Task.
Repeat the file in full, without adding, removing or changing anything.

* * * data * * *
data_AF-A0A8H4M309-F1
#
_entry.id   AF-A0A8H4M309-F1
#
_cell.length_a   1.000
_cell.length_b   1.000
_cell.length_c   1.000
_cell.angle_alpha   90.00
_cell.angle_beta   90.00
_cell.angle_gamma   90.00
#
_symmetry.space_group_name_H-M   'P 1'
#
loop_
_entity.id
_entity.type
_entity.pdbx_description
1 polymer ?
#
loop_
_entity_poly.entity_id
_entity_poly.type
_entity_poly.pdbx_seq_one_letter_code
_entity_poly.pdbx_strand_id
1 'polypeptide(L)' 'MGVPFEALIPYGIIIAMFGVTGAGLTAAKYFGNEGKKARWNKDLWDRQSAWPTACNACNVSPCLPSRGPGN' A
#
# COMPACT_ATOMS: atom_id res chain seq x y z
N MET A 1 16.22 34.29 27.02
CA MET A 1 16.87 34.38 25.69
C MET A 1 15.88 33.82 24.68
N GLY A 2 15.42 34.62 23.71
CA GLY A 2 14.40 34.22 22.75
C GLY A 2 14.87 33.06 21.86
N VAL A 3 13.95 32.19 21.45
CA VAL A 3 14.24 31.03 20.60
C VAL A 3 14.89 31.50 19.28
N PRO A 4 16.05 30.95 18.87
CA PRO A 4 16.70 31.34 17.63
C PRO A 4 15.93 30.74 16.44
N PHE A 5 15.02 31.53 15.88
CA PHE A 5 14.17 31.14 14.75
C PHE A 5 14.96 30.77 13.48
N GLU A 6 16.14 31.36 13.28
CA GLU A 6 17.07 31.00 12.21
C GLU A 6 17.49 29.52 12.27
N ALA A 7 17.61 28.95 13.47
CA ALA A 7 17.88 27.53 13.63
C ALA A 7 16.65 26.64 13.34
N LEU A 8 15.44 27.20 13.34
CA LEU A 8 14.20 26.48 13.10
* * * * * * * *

data_AF-A0A8H4M309-F1
#
_entry.id   AF-A0A8H4M309-F1
#
_cell.length_a   1.000
_cell.length_b   1.000
_cell.length_c   1.000
_cell.angle_alpha   90.00
_cell.angle_beta   90.00
_cell.angle_gamma   90.00
#
_symmetry.space_group_name_H-M   'P 1'
#
loop_
_entity.id
_entity.type
_entity.pdbx_description
1 polymer ?
#
loop_
_entity_poly.entity_id
_entity_poly.type
_entity_poly.pdbx_seq_one_letter_code
_entity_poly.pdbx_strand_id
1 'polypeptide(L)' 'MGVPFEALIPYGIIIAMFGVTGAGLTAAKYFGNEGKKARWNKDLWDRQSAWPTACNACNVSPCLPSRGPGN' A
#
# COMPACT_ATOMS: atom_id res chain seq x y z
N MET A 1 16.22 34.29 27.02
CA MET A 1 16.87 34.38 25.69
C MET A 1 15.88 33.82 24.68
N GLY A 2 15.42 34.62 23.71
CA GLY A 2 14.40 34.22 22.75
C GLY A 2 14.87 33.06 21.86
N VAL A 3 13.95 32.19 21.45
CA VAL A 3 14.24 31.03 20.60
C VAL A 3 14.89 31.50 19.28
N PRO A 4 16.05 30.95 18.87
CA PRO A 4 16.70 31.34 17.63
C PRO A 4 15.93 30.74 16.44
N PHE A 5 15.02 31.53 15.88
CA PHE A 5 14.17 31.14 14.75
C PHE A 5 14.96 30.77 13.48
N GLU A 6 16.14 31.36 13.28
CA GLU A 6 17.07 31.00 12.21
C GLU A 6 17.49 29.52 12.27
N ALA A 7 17.61 28.95 13.47
CA ALA A 7 17.88 27.53 13.63
C ALA A 7 16.65 26.64 13.34
N LEU A 8 15.44 27.20 13.34
CA LEU A 8 14.20 26.48 13.10